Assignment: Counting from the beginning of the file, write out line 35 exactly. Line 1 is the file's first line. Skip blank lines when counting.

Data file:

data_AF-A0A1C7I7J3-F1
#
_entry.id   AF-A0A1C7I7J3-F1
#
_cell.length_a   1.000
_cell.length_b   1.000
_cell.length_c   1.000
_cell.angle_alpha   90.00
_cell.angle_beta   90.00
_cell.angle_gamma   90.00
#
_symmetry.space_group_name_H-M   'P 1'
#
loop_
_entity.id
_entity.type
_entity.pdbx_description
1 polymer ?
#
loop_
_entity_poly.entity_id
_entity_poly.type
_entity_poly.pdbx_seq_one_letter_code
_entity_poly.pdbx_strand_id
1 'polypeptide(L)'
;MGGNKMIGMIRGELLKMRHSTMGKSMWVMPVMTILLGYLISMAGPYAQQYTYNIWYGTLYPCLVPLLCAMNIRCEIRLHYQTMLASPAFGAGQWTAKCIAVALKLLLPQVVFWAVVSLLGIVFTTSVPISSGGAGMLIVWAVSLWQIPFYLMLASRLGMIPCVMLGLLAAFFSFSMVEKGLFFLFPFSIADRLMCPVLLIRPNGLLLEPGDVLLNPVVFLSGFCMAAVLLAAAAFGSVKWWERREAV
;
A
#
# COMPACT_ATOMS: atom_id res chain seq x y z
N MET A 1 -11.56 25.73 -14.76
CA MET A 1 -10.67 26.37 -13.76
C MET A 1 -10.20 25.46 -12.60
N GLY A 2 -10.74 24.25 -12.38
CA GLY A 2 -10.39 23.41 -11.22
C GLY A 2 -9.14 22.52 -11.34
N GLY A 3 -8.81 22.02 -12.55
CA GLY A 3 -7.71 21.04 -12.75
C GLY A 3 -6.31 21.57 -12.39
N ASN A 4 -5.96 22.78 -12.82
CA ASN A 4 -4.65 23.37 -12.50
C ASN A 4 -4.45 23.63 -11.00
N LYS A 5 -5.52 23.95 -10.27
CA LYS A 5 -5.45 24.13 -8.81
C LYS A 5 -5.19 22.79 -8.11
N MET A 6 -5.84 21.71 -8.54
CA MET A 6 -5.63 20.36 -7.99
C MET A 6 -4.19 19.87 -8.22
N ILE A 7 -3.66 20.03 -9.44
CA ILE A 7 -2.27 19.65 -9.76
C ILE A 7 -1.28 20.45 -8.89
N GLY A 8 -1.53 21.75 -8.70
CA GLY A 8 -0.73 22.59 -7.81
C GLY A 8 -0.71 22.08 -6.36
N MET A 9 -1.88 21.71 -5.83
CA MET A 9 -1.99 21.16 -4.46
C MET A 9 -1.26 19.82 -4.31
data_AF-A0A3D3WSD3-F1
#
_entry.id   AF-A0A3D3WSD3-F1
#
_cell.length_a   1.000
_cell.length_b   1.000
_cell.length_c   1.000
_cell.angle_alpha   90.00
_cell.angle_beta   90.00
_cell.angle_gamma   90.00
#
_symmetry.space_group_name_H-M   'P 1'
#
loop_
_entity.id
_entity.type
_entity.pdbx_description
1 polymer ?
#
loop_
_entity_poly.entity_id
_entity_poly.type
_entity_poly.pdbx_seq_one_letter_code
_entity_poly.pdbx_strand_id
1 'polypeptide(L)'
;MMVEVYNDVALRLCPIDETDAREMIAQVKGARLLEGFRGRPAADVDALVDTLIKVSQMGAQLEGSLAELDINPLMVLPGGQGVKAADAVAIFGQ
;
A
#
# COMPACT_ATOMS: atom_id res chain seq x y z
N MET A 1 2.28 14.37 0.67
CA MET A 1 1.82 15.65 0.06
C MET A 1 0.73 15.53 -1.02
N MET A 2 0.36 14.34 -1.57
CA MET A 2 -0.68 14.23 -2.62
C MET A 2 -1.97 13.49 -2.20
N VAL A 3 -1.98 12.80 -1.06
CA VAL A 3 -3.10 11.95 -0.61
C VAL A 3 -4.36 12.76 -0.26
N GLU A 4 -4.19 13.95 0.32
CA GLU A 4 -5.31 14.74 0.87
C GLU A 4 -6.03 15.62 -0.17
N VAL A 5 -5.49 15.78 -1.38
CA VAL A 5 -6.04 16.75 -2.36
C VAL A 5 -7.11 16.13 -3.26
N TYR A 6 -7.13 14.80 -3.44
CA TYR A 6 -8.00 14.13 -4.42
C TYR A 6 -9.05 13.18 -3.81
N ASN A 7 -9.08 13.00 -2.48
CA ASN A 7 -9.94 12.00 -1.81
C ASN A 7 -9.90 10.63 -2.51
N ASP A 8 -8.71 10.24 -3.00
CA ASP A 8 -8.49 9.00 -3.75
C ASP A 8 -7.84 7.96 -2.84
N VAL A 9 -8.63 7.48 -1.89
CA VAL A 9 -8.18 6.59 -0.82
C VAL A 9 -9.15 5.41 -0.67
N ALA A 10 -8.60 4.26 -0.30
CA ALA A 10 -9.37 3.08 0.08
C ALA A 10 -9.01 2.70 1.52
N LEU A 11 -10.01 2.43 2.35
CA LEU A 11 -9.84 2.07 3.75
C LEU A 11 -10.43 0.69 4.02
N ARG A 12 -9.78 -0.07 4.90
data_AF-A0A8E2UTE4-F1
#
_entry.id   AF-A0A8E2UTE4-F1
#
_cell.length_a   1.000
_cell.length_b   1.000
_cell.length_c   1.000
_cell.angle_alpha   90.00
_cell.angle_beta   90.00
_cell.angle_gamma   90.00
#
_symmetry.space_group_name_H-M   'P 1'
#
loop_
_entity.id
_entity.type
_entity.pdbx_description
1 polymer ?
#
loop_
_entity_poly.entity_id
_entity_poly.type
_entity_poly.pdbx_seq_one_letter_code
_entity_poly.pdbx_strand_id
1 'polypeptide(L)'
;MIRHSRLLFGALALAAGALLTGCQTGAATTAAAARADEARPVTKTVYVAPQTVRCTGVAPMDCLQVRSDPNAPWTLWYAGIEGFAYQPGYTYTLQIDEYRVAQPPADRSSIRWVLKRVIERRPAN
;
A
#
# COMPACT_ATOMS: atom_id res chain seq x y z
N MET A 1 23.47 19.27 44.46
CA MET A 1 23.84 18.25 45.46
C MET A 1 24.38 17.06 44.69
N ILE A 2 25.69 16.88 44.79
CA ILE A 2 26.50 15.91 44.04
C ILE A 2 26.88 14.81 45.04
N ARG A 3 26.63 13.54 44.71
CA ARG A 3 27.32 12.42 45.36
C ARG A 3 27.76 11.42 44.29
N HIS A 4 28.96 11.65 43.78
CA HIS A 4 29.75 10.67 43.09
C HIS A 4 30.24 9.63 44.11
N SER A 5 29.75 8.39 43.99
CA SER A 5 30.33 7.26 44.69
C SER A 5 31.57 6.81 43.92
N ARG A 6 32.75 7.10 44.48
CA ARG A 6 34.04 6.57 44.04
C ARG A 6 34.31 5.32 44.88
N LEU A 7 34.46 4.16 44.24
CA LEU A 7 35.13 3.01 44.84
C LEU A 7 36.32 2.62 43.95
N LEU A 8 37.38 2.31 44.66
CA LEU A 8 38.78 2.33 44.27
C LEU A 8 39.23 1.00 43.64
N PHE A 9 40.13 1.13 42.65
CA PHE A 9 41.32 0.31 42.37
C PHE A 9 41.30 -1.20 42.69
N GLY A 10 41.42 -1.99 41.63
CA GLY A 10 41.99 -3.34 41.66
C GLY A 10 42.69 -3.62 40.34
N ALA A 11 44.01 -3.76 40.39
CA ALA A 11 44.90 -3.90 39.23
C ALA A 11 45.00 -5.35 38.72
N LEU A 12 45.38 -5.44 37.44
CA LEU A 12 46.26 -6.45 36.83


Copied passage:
CA GLY A 2 -10.39 23.41 -11.22